Distinction without a difference

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A distinction without a difference is a type of logical fallacy where an author or speaker attempts to describe a distinction between two things where no discernible difference exists.[1] It is particularly used when a word or phrase has connotations associated with it that one party to an argument prefers to avoid.

Examples[edit]

  • "I did not lie; I merely stretched the truth a little bit."[2]
  • From the film This Is Spinal Tap:[3]
    • Marty: "The last time Tap toured America, they were, uh, booked into 10,000-seat arenas, and 15,000-seat venues, and it seems that now, on their current tour they're being booked into 1,200-seat arenas, 1,500-seat arenas, and uh I was just wondering, does this mean uh...the popularity of the group is waning?"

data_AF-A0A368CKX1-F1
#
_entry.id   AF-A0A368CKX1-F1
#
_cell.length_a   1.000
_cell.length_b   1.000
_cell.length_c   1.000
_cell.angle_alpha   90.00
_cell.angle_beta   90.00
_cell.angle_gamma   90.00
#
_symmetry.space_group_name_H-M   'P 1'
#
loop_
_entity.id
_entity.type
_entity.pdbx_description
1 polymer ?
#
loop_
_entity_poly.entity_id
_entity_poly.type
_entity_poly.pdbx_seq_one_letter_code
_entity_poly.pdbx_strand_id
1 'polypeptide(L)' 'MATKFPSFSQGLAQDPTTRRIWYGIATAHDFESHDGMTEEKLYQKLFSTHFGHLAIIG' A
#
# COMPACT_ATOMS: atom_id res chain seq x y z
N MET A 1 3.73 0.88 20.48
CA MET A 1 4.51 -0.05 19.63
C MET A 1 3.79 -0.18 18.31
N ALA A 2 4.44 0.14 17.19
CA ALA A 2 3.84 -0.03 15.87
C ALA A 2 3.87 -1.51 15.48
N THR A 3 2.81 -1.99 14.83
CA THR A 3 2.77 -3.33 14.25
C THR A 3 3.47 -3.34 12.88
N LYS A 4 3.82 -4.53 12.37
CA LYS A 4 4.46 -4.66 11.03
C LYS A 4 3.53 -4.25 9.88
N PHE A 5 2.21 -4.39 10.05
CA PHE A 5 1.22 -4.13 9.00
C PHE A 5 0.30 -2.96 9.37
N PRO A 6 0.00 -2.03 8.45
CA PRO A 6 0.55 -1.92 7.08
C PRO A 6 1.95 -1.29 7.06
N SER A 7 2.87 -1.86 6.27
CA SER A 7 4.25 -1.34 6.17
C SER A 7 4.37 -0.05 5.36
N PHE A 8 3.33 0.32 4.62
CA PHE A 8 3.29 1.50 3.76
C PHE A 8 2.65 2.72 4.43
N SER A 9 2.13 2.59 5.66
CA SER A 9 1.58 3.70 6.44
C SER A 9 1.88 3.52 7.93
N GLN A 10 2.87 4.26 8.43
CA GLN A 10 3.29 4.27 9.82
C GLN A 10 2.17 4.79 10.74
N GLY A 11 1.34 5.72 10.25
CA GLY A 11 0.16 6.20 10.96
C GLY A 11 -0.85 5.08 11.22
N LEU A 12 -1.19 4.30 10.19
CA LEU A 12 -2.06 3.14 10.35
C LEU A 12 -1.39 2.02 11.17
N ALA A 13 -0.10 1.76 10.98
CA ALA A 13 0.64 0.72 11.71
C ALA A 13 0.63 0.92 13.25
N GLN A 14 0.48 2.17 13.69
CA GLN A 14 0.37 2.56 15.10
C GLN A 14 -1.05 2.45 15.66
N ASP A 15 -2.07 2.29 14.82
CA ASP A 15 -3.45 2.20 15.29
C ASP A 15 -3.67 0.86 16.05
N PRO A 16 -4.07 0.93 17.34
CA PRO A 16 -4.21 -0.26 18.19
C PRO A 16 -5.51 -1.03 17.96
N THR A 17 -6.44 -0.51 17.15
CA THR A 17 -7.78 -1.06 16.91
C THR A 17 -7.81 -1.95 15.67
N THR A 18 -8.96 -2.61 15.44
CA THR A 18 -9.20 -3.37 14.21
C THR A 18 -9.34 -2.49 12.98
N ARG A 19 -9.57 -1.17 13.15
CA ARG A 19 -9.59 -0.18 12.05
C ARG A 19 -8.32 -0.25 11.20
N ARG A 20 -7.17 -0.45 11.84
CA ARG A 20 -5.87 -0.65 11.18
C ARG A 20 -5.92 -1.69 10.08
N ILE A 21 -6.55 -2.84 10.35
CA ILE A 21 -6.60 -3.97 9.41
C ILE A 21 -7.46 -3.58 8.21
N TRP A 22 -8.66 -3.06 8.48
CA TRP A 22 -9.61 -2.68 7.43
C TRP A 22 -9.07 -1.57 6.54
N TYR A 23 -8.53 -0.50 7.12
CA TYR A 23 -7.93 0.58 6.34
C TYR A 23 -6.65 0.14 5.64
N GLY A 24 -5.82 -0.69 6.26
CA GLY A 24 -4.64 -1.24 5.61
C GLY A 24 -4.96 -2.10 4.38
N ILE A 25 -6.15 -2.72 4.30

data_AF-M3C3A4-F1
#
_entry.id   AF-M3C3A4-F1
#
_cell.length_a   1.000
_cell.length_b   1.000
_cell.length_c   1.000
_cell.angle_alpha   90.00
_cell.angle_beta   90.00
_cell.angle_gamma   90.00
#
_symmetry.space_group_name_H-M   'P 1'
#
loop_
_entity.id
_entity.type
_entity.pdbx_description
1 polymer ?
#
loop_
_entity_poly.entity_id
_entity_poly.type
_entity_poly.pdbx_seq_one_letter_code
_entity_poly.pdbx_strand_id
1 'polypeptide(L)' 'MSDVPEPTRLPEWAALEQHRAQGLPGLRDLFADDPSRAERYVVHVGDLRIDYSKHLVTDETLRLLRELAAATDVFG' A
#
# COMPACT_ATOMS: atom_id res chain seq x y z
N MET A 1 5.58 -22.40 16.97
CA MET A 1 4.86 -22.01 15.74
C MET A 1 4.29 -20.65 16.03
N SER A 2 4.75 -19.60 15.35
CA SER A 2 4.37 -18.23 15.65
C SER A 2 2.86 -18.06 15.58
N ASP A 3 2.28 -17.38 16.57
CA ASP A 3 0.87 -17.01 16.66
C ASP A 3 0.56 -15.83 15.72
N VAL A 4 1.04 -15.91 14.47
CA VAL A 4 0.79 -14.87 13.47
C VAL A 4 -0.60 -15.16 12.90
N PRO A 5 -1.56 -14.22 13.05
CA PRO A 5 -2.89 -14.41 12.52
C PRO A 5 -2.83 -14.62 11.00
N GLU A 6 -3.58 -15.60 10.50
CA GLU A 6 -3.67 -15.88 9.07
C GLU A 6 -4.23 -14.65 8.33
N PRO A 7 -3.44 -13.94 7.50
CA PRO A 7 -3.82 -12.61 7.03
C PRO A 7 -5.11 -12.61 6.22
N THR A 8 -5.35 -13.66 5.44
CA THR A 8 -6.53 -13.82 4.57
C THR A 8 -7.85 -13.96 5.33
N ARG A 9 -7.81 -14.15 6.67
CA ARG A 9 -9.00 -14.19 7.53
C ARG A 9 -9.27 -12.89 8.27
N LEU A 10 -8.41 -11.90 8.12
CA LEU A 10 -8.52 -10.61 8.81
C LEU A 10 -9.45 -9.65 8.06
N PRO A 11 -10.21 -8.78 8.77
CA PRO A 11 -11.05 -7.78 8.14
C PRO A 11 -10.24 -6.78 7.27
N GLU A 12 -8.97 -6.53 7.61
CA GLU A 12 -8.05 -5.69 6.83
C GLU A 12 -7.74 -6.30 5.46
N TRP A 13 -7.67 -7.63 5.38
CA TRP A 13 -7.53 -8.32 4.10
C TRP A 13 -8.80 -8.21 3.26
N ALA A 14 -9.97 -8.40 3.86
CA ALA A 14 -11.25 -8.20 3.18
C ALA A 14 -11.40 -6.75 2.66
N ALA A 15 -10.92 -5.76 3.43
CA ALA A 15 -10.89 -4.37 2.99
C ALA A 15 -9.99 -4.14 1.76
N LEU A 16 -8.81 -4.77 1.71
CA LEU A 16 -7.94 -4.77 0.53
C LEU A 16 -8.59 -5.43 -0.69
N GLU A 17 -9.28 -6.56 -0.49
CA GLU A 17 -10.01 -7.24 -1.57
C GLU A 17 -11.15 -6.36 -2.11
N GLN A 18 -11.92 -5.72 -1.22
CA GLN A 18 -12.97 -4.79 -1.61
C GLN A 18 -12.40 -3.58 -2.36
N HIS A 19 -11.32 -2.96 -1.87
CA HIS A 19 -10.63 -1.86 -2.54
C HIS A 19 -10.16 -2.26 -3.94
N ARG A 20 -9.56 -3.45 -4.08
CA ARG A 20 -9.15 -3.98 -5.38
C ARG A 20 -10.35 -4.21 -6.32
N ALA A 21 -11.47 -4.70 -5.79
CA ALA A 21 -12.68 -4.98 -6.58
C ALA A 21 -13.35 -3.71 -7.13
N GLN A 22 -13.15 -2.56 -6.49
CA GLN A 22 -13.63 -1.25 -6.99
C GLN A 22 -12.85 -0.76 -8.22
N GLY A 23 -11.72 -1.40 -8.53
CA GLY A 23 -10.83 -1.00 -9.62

• Ian: "Oh, no, no, no, no, no, no...no, no, not at all. I, I, I just think that the... uh... their appeal is becoming more selective."

See also[edit]

References[edit]

  1. ^ Martinich, A. P. (1996). Philosophical Writing: An Introduction. Blackwell Publishing. p. 99.
  2. ^ Royal, Brandon (2013). The Little Blue Reasoning Book: 50 Powerful Principles for Clear and Effective Thinking. Maven Publishing. p. 178. ISBN 1897393601.
  3. ^ "This Is Spinal Tap quotes". Movie Quote DB.